In the 20's, wealthy Americans spend the winter away from the cold. In the midst of prohibition, hundreds of people rush on luxurious French liners, where they trade water for champagne. Cuba sees entire groups of rich gringos coming in search of exoticism, while part of the Upper East Side prefers to indulge in the tranquility of a yatch in the Mediterranean
At the dawn of the decade, Coco Chanel grasps the potential of this particular clientele. In 1919, she draws it its own capsule. The materials are lightweight, the cuts are suitable for movement. Mademoiselle imagines ethereal dresses and beachwear — for the anecdote, it is also she who will launch the tanning trend —, accessorized by elegant boater hats borrowed from the sailors' wardrobe. From walks to receptions, the socialite must be prepared at every moment of her holiday: the first cruise collection is born.
Exactly a century later, this tradition has spread beyond the house on rue Cambon. How did it evolve? Who is it addressed to today? How does it change the fashion calendar?
Cast off, we'll explain everything.
Capitalizing on the mid-season
Originally, the cruise collection (also known as "resort", or "croisière") is intrinsically linked to the notion of travel. An ode to the sun and idleness. From this heritage, it keeps its arrival in store at the end of November, early December, in time for the first big departures.
Commercial at its core — the collection that stays the longest on the shelf —, each piece is made to be worn. You will not find any obscure inspiration, nor any elusive concept. The brands play it pragmatic: they rely on trends, the cruise is only used to earn cash. As such, it often moves away from its summer spirit, going so far as to integrate coats and scarves. After all, why deprive yourself of those not going on a holiday...?
Cruises are also an opportunity for labels to strengthen their presence outside the traditional calendar. Since the beginning of the month, Chanel has recreated a station under the nave of the Grand Palais, Dior has flown to Marrakech, and Prada in the United States. Yet, they are no longer the hallmark of luxury. Many labels choose to present them in lookbooks rather than on a runway, when some simply announce their arrival on Instagram.
On the way to becoming a season in its own right, resort do not (yet?) have the same setting as a classic Spring/Summer cruise. Shows remain rare, no order of passage is defined between the major capitals... However, one city seems willing to rely on it to establish itself in the global fashion landscape: Sydney. Best known for its kangaroos and surfers, it creates the only fashion week in the world entirely dedicated to cruise collections.
From May 12 to 18, the Australian megalopolis beat to the rhythm of the crackling cameras. We focus on five creators trying to make this event significant.
The best of the Australian Fashion Week
Justin' time to party
Justin Cassin founded his eponymous brand in Los Angeles. Born in Australia, before growing up in the United States, he chooses to participate in Sydney's fashion week, where he is one of the few to present menswear exclusively.
With a great deal of black, he traces the contours of a man both refined and casual, powerful and confident, whom he then softens with a palette of nude and grey tones. A way to revisit the image of the golden boy, without however falling into clichés.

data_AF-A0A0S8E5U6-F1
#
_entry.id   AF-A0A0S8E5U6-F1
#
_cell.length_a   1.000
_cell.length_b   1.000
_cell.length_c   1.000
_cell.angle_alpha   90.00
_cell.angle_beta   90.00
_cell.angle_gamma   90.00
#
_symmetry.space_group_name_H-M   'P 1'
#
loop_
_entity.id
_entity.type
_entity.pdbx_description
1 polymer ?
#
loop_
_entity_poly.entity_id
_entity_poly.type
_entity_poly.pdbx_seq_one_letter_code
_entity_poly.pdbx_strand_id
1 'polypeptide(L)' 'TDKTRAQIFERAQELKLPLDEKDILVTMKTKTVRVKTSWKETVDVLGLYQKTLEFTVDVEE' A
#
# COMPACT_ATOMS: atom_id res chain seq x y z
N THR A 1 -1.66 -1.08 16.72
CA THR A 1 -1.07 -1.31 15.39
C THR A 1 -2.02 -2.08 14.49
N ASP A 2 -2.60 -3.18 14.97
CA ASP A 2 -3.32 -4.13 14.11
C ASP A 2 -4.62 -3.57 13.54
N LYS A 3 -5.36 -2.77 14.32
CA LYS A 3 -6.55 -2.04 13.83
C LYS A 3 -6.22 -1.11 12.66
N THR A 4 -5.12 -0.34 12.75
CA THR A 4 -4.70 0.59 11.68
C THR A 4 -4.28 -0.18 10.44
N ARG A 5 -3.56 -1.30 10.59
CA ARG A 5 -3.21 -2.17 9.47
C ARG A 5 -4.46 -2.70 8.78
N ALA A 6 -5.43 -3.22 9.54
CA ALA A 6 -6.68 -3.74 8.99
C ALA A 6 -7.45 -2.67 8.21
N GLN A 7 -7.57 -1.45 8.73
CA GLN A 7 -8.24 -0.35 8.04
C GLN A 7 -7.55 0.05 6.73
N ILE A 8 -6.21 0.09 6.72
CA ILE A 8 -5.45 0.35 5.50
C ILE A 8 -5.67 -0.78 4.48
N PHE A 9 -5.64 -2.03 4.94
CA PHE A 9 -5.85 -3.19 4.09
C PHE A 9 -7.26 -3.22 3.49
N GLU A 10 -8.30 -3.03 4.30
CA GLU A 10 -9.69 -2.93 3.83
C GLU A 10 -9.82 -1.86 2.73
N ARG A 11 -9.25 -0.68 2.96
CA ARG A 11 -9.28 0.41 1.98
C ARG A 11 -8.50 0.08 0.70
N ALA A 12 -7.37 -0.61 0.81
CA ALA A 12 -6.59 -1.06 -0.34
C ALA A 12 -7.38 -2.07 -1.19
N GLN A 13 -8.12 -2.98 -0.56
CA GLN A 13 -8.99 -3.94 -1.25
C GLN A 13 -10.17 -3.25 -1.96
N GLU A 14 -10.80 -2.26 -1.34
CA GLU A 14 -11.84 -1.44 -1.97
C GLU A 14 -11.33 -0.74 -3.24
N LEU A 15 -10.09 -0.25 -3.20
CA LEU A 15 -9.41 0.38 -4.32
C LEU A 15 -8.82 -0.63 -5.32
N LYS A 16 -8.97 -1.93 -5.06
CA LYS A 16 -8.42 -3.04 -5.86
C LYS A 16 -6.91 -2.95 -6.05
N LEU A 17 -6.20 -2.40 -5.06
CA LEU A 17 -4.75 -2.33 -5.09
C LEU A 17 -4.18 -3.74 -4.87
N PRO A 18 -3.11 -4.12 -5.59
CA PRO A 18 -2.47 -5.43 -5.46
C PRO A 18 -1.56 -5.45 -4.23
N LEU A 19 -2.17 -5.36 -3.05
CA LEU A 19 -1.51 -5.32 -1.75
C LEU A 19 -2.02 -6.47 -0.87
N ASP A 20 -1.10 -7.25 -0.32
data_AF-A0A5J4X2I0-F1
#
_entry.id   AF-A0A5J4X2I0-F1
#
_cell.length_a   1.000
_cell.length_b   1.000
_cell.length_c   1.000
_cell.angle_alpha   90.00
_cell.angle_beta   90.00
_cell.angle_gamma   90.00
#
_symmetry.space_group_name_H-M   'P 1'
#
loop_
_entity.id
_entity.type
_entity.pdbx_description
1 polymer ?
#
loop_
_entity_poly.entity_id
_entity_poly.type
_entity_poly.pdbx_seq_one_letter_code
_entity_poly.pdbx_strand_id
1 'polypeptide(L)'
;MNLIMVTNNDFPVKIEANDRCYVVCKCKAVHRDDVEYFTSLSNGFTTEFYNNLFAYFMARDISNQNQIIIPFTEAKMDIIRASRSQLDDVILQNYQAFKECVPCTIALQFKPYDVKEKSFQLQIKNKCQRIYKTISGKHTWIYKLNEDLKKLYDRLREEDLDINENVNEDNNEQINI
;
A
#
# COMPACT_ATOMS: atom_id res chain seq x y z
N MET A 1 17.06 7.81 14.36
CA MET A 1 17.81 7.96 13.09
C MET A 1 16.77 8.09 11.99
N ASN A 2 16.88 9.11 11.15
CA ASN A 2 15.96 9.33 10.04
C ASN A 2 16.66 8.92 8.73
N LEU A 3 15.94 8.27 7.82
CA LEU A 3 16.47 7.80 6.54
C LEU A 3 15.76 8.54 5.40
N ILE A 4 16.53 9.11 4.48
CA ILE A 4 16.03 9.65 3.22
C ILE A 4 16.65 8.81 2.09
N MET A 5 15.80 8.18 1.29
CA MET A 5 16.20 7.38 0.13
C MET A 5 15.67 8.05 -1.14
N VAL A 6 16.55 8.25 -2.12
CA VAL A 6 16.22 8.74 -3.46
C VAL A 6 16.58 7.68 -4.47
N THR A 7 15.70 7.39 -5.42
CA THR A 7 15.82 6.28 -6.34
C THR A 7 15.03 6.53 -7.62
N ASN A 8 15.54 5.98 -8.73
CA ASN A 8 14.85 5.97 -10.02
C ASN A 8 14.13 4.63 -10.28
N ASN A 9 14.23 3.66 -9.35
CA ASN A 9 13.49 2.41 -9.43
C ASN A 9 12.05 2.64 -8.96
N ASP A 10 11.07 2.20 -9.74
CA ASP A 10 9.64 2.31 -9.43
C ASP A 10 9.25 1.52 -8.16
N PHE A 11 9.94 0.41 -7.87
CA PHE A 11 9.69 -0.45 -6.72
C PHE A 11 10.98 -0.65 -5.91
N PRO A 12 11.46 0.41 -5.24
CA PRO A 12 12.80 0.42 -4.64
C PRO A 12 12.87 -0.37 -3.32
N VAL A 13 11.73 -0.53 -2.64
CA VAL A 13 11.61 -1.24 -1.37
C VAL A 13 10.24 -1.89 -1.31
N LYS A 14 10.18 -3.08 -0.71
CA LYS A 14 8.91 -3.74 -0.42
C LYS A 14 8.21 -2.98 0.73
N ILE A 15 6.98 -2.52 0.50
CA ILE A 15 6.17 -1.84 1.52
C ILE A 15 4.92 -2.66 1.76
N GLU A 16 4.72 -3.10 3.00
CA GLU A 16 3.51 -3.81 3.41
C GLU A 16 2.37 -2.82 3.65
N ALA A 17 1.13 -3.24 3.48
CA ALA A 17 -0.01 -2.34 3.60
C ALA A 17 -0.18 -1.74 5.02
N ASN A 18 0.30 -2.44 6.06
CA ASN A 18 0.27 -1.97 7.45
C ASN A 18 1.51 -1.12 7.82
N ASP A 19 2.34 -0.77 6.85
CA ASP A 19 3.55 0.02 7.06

In P.E. class
For its very first fashion show, the label diversifies its closet with more elaborate pieces. Blazers, skirts and jeans invite themselves in the middle of sweatshirts and leggings, building a silhouette at the crossroads of genres. It also takes the opportunity to present its swimwear line, in collaboration with the Speedo brand, renowned for its budgie smugglers.
The Aje of reason
The inaugural show of the season, Aje's collection is a celebration of Australia's ethnic diversity. The designer duo at the head of the brand asks Yvonne Weldon, a representative of the Aboriginal community, to give a speech before the models start walking. A political approach rarely so direct in fashion, perhaps with the exception of Brexit, to which we are all the less accustomed for a cruise.
The message carried by the brand is subtly expressed through the clothes, whose ornaments pay tribute to the Gadigal people (natives of Sydney's harbour, editor's note), complemented by allusions to nature.
Not so Bassike
Bassike's concept stands in its name: designing wardrobe essentials, simple yet elegant. Offering both masculine and feminine lines, it chooses to focus its resort collection on women. Distancing itself from its usual minimalism, it opts for warm tones and colourful prints, ideal for the sea — or on the banks of the Seine.
One of the main players on the Australian scene, the label adopts an eco-responsible approach, with 90% of its production at a local level and the use of organic jerseys.
Somewhere over the Double Rainbouu
Double Rainbouu's credo: "for beach babes and pool punks". Focused on resortwear, it designs items made for all aspects of life on the waterfront. From swimming to rave parties on the beach, it follows every moment of the holidays, in the pure tradition of cruises.
Far from the aesthetics of the catamaran, it is aimed at a young audience, receiving a deluge of pieces that we can easily imagine moving from sand to bitumen...
In terms of prices, the Australian Fashion Week operates according to the same principle as Budapest: while luxury brands obviously have their place in it, much more affordable labels also take advantage of this opportunity to make a name for themselves. All the better for our bank account... •